During the segment, the topics of Scotland’s gender law reforms and single-sex spaces were also discussed. 

The proposed law in Scotland, which was approved with cross-party support in Holyrood in December, sought to make it easier for trans people to legally change their sex by removing the requirement for a medical diagnosis of gender dysphoria and lowering the age limit to 16, among other updates. It was blocked from gaining royal assent by the government in Westminster.

In her column, Dodds described the bill as “cavalier”, saying it “seemed to be more about picking a fight with Westminster than bringing about meaningful change”.

She failed to mention that the legislation, first pledged in 2016, underwent years of consultation and received more than 17,000 responses from Scots who shared their views on the reforms, before it was initially passed.

“The safeguards that were proposed to protect women and girls from predators who might abuse the system were simply not up to scratch,” Dodds wrote, referring to concerns over provisions for single-sex spaces following the conviction of rapist Isla Bryson

“As a result, the Scottish government is still picking up the pieces, with trans rights no further forward.”

Labour would not make the same “mistake”, Dodds claimed, stating “nothing in [the Labour Party’s] modernised gender recognition process would override the single-sex exemptions in the Equality Act”. 

She continued: “Put simply, this means that there will always be places where it is reasonable for biological women only to have access.

“Labour will defend those spaces, providing legal clarity for the providers of single-sex services.” 

In reference to the Bryson concerns, Belcher said: “People of all sorts commit crimes and we don’t necessarily convict the entire group of people that they belong to… [there are] bad apples in every group.”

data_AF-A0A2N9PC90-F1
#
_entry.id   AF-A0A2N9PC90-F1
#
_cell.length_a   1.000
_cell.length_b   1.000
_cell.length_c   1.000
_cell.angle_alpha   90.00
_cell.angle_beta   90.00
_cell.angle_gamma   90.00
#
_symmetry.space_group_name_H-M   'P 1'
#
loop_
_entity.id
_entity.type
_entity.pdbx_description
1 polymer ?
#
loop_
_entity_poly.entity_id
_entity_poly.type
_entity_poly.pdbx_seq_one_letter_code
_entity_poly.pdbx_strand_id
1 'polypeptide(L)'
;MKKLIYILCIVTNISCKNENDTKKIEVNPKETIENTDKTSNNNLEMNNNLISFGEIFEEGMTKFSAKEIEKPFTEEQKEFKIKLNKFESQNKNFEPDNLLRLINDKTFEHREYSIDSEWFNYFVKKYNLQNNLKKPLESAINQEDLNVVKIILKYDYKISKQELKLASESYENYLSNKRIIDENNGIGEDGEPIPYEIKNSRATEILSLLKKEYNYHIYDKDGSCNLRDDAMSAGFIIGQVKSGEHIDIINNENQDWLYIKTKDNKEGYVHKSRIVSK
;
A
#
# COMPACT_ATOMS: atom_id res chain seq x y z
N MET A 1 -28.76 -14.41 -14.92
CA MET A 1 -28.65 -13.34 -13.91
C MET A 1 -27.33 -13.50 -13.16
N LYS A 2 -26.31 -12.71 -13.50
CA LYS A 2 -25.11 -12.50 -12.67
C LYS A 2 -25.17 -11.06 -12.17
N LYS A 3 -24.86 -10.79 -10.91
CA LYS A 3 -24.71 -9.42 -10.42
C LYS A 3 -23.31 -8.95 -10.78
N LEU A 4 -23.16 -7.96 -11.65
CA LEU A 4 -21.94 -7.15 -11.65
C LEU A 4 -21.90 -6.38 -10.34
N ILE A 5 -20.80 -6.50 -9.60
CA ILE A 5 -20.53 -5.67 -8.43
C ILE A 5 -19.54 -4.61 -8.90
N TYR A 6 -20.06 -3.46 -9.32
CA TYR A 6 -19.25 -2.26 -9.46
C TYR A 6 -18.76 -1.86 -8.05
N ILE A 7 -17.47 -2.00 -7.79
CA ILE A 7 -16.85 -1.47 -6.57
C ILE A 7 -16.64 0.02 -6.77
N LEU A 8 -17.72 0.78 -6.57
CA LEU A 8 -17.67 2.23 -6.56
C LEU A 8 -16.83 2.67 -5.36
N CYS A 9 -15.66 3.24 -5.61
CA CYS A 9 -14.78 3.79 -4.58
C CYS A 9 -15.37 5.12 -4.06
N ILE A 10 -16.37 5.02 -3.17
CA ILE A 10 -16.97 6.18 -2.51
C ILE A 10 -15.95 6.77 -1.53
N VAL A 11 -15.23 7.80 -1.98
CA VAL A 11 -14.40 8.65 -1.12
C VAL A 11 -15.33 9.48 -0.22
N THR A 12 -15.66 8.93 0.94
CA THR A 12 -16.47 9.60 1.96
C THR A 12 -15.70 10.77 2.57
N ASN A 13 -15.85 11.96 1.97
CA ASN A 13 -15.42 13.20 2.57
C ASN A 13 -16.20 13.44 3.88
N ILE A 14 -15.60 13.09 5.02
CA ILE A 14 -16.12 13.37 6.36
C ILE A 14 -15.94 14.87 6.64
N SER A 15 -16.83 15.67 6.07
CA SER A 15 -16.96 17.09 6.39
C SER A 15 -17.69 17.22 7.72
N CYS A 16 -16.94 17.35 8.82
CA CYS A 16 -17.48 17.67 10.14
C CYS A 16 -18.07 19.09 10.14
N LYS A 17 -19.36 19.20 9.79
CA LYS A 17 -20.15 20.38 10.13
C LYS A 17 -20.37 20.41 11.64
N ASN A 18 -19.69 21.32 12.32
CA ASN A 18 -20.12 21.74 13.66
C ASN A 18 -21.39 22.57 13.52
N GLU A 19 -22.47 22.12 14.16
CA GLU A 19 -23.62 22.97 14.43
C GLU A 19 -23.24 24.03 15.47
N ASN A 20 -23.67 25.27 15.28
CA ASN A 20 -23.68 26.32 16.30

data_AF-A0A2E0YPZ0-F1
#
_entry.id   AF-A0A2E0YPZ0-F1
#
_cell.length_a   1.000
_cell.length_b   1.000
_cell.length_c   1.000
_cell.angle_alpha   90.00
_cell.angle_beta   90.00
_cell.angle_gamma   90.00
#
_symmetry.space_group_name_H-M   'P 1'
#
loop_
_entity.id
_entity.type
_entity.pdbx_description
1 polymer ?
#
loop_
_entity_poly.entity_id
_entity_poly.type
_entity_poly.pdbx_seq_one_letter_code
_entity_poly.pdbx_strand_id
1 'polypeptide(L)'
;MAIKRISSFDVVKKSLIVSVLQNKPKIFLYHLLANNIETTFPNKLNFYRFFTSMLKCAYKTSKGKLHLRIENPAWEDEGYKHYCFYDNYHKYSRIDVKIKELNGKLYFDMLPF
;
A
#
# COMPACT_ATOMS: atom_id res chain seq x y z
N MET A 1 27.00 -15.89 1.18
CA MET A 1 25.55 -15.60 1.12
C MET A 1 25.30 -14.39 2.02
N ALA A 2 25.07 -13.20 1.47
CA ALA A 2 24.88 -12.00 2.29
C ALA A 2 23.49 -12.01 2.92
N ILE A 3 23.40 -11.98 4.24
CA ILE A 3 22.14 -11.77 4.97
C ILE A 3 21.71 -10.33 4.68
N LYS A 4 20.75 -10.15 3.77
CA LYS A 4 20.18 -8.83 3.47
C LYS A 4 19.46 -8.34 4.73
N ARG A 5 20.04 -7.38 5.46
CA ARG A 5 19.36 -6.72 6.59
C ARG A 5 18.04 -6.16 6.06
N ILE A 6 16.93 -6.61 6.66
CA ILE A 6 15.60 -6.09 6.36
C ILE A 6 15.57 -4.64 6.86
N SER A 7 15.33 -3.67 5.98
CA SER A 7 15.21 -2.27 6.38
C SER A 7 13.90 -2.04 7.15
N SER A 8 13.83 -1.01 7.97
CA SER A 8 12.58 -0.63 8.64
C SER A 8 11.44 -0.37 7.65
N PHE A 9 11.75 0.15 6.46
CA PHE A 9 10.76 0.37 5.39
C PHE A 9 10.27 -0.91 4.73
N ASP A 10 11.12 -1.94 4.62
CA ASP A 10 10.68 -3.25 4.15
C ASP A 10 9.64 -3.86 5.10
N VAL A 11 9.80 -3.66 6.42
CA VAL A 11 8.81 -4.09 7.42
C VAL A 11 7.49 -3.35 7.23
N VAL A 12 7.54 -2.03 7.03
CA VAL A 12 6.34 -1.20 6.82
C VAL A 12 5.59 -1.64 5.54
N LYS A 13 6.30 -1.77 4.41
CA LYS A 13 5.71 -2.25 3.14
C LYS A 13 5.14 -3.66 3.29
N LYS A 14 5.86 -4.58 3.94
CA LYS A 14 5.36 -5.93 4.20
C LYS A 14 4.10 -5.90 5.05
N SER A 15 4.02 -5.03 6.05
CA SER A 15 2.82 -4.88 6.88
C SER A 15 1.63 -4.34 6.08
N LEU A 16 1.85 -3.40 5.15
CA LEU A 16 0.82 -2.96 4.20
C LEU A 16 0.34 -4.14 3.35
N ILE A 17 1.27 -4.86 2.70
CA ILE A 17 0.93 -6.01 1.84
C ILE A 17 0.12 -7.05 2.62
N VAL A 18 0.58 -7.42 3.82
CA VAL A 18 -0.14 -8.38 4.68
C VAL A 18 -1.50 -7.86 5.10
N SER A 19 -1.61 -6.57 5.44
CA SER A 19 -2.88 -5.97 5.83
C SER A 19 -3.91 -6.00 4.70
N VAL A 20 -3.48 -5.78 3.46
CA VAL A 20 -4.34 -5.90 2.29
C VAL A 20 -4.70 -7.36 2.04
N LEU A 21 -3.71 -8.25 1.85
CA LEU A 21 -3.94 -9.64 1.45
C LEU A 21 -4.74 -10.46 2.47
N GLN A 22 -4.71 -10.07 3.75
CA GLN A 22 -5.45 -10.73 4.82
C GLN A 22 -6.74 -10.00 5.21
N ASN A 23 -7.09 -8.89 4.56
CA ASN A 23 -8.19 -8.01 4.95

The UK no longer an ‘international leader on LGBTQ+ rights’

LGBT+ Labour said they found it “very concerning” that the party is “signalling a retreat on their policy of de-medicalised self-ID”, adding that it will “continue to lobby and fight for the rights of all LGBT+ people and push the Labour Party to continue to go further for our trans siblings”. 

Meanwhile, Stonewall noted that “the UK has fallen off track as an international leader on LGBTQ+ rights”. 

The LGBTQ+ charity called for politicians to examine countries where self-ID has already been introduced for evidence into why the system works. A spokesperson said: “It is wrong to suggest that safeguards cannot exist with a de-medicalised model. The Scottish Gender Recognition Reform Bill was the most scrutinised piece of legislation ever passed by the Scottish parliament and was passed by a solid majority of MSPs with support drawn from all parties.

“If Labour are serious about reforming the Gender Recognition Act and enhancing trans people’s legal protections, we need a strategy informed by input from trans people on their needs and priorities, and a real understanding of how [the] practice is working internationally, not just on legal recognition, but healthcare, anti-discrimination and education.”